FOR many, it was a moment as intended - a time for quiet reflection of the terrible moment the London bombers struck.
At the stroke of midday, pens were put down on desks, machines switched off, buses stopped.
We in Huddersfield remembered - whether in defiance of the perpetrators of these crimes or in shock at the realisation that the bombers came from so near.
In Queensgate market, a simple announcement over the public address system gave notice of the two-minute silence.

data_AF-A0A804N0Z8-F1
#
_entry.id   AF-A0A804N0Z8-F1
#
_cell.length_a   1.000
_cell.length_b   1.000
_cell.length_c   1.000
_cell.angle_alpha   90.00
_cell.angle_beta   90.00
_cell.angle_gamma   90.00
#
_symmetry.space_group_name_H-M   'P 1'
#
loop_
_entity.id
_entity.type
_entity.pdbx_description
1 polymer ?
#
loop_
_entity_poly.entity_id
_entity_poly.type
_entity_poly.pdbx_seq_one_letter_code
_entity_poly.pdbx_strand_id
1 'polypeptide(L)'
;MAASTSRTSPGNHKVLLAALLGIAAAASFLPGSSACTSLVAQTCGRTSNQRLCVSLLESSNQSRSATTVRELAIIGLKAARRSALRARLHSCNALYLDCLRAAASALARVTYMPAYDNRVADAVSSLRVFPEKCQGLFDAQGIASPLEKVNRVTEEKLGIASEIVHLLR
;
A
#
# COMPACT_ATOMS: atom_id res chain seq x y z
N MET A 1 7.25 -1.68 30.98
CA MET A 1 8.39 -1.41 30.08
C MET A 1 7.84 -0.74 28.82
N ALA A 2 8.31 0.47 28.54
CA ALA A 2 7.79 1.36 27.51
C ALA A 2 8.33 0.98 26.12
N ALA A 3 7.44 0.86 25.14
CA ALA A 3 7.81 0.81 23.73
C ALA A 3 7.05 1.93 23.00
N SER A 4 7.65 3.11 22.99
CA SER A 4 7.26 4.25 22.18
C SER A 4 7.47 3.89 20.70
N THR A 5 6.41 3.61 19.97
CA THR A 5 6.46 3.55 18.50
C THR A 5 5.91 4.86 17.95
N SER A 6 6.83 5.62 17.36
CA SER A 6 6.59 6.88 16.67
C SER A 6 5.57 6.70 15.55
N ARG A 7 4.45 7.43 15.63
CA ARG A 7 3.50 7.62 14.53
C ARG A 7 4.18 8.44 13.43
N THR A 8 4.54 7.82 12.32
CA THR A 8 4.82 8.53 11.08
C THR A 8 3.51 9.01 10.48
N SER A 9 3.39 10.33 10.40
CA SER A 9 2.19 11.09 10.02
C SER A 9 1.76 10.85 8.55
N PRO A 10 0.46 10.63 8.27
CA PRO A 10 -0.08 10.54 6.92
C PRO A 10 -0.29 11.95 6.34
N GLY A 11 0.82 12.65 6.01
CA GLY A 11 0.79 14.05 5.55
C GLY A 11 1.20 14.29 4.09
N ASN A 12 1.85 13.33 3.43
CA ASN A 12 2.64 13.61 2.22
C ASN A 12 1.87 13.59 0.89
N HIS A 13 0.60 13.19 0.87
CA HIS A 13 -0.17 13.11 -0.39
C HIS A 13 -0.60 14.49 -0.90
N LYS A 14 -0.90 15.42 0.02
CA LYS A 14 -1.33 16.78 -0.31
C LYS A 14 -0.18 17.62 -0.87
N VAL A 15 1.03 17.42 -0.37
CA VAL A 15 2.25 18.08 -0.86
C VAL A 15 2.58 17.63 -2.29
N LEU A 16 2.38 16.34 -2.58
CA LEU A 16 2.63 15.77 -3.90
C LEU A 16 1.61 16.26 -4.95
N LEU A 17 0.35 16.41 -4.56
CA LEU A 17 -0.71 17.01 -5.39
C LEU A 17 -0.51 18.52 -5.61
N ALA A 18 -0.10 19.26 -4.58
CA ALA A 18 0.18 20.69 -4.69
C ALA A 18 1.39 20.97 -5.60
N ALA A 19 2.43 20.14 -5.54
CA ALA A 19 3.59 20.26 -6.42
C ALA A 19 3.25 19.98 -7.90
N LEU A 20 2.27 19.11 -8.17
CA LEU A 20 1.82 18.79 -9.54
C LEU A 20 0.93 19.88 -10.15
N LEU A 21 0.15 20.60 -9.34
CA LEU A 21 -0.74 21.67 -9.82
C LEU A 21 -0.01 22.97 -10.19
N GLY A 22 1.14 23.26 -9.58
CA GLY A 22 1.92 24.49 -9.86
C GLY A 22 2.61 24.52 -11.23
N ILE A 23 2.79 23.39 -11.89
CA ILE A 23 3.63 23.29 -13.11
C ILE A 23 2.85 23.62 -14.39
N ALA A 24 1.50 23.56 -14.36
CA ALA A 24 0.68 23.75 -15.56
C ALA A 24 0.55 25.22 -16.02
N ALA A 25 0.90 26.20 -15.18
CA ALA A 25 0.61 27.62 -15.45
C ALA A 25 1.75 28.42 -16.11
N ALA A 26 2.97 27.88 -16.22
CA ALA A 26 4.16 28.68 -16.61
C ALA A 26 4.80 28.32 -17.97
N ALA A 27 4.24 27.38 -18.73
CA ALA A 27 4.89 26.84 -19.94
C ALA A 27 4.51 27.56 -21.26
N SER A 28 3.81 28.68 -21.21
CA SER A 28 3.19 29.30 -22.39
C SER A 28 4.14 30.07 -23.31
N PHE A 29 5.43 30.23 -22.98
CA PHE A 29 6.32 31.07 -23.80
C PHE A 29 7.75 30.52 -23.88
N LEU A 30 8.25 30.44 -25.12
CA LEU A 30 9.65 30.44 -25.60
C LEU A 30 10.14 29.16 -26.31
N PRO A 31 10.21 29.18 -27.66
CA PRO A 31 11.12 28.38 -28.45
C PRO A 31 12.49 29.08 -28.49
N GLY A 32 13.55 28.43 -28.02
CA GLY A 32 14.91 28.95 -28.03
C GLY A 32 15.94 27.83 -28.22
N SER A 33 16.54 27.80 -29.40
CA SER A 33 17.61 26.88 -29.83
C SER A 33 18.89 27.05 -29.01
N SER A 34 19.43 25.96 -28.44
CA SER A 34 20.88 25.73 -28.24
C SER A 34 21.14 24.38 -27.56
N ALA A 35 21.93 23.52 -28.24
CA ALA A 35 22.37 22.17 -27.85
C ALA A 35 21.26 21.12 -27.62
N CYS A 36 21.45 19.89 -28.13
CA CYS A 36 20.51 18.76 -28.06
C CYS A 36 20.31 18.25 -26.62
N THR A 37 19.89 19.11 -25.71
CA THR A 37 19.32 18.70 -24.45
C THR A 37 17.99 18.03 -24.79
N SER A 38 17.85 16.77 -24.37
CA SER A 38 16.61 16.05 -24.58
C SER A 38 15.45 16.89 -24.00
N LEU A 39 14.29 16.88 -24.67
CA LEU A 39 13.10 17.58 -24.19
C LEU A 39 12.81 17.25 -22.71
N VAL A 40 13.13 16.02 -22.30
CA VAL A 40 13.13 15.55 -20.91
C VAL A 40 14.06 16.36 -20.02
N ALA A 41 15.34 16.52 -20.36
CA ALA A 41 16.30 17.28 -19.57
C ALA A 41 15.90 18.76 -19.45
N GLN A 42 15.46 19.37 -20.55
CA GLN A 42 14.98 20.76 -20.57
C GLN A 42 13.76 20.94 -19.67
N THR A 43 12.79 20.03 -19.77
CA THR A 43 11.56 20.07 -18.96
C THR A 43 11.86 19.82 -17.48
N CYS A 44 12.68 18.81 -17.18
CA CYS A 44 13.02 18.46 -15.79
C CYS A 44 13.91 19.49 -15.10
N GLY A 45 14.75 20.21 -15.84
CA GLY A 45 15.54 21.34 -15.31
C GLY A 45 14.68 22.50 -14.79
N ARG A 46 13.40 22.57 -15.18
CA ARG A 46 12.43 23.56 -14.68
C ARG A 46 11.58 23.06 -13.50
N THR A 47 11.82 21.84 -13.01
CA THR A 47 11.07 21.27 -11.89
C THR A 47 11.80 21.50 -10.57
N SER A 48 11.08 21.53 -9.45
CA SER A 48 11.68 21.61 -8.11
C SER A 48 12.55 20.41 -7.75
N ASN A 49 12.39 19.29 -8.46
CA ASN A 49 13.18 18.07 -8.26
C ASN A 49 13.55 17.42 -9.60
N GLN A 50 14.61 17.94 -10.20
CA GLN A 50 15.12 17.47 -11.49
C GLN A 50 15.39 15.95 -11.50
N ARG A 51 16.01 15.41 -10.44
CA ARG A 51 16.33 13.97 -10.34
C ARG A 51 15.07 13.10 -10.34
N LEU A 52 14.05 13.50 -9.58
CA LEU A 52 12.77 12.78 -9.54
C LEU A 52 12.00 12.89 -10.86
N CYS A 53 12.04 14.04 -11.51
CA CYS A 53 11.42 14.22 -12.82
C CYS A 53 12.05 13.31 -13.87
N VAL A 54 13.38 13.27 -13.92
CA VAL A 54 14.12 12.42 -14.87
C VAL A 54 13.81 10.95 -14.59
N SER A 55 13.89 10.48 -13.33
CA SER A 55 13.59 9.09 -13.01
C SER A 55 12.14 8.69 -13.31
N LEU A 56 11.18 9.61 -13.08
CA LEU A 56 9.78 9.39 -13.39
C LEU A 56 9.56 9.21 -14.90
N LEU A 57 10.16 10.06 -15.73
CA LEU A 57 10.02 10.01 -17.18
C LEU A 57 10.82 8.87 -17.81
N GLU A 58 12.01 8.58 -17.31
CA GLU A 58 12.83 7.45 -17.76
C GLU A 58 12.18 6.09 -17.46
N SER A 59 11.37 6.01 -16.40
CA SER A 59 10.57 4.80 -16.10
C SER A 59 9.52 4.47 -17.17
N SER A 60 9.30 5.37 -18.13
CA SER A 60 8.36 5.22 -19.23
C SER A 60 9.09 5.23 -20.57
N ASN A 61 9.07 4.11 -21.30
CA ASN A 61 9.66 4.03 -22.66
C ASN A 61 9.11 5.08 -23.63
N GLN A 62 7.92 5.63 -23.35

Hustle and bustle ceased, heavy bags were rested on the floor. Shopworkers came out from behind the counter to stand at the doorway.
Our thoughts were mixed as we stood in silence on a beautiful summer's day.
It was the same inside countless other buildings in the town.
But it was in sharp contrast to the scene in the open-air.
There, the tribute was more honoured in the breach than the observance.
Customers continued to go in to the shops, oblivious to the silence and that perhaps could be the moral - life goes on, in spite of everything.